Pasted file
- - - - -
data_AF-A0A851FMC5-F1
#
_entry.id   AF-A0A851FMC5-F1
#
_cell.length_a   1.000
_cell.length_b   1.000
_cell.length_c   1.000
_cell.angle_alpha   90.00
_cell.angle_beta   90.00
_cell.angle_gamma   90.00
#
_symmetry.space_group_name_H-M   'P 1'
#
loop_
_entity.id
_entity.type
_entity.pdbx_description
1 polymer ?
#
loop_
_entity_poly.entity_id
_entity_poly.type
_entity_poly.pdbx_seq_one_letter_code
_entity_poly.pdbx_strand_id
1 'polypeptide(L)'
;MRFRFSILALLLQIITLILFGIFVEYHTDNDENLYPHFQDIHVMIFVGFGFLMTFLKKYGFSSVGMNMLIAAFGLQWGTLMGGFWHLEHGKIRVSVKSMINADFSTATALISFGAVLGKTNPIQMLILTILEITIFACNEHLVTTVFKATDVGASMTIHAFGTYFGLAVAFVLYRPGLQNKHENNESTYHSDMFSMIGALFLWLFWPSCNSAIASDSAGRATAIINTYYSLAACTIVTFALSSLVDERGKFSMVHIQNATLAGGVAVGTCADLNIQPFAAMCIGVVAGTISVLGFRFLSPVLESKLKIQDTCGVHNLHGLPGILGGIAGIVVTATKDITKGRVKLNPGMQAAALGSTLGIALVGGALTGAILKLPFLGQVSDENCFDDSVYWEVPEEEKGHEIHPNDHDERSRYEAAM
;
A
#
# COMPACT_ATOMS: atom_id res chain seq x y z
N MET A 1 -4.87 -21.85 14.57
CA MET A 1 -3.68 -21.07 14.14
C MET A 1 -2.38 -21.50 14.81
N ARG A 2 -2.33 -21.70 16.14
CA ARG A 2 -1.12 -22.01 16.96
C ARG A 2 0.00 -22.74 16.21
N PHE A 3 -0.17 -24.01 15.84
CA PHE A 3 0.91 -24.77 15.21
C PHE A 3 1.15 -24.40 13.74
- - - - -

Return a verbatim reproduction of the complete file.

data_AF-A0A851FMC5-F1
#
_entry.id   AF-A0A851FMC5-F1
#
_cell.length_a   1.000
_cell.length_b   1.000
_cell.length_c   1.000
_cell.angle_alpha   90.00
_cell.angle_beta   90.00
_cell.angle_gamma   90.00
#
_symmetry.space_group_name_H-M   'P 1'
#
loop_
_entity.id
_entity.type
_entity.pdbx_description
1 polymer ?
#
loop_
_entity_poly.entity_id
_entity_poly.type
_entity_poly.pdbx_seq_one_letter_code
_entity_poly.pdbx_strand_id
1 'polypeptide(L)'
;MRFRFSILALLLQIITLILFGIFVEYHTDNDENLYPHFQDIHVMIFVGFGFLMTFLKKYGFSSVGMNMLIAAFGLQWGTLMGGFWHLEHGKIRVSVKSMINADFSTATALISFGAVLGKTNPIQMLILTILEITIFACNEHLVTTVFKATDVGASMTIHAFGTYFGLAVAFVLYRPGLQNKHENNESTYHSDMFSMIGALFLWLFWPSCNSAIASDSAGRATAIINTYYSLAACTIVTFALSSLVDERGKFSMVHIQNATLAGGVAVGTCADLNIQPFAAMCIGVVAGTISVLGFRFLSPVLESKLKIQDTCGVHNLHGLPGILGGIAGIVVTATKDITKGRVKLNPGMQAAALGSTLGIALVGGALTGAILKLPFLGQVSDENCFDDSVYWEVPEEEKGHEIHPNDHDERSRYEAAM
;
A
#
# COMPACT_ATOMS: atom_id res chain seq x y z
N MET A 1 -4.87 -21.85 14.57
CA MET A 1 -3.68 -21.07 14.14
C MET A 1 -2.38 -21.50 14.81
N ARG A 2 -2.33 -21.70 16.14
CA ARG A 2 -1.12 -22.01 16.96
C ARG A 2 0.00 -22.74 16.21
N PHE A 3 -0.17 -24.01 15.84
CA PHE A 3 0.91 -24.77 15.21
C PHE A 3 1.15 -24.40 13.74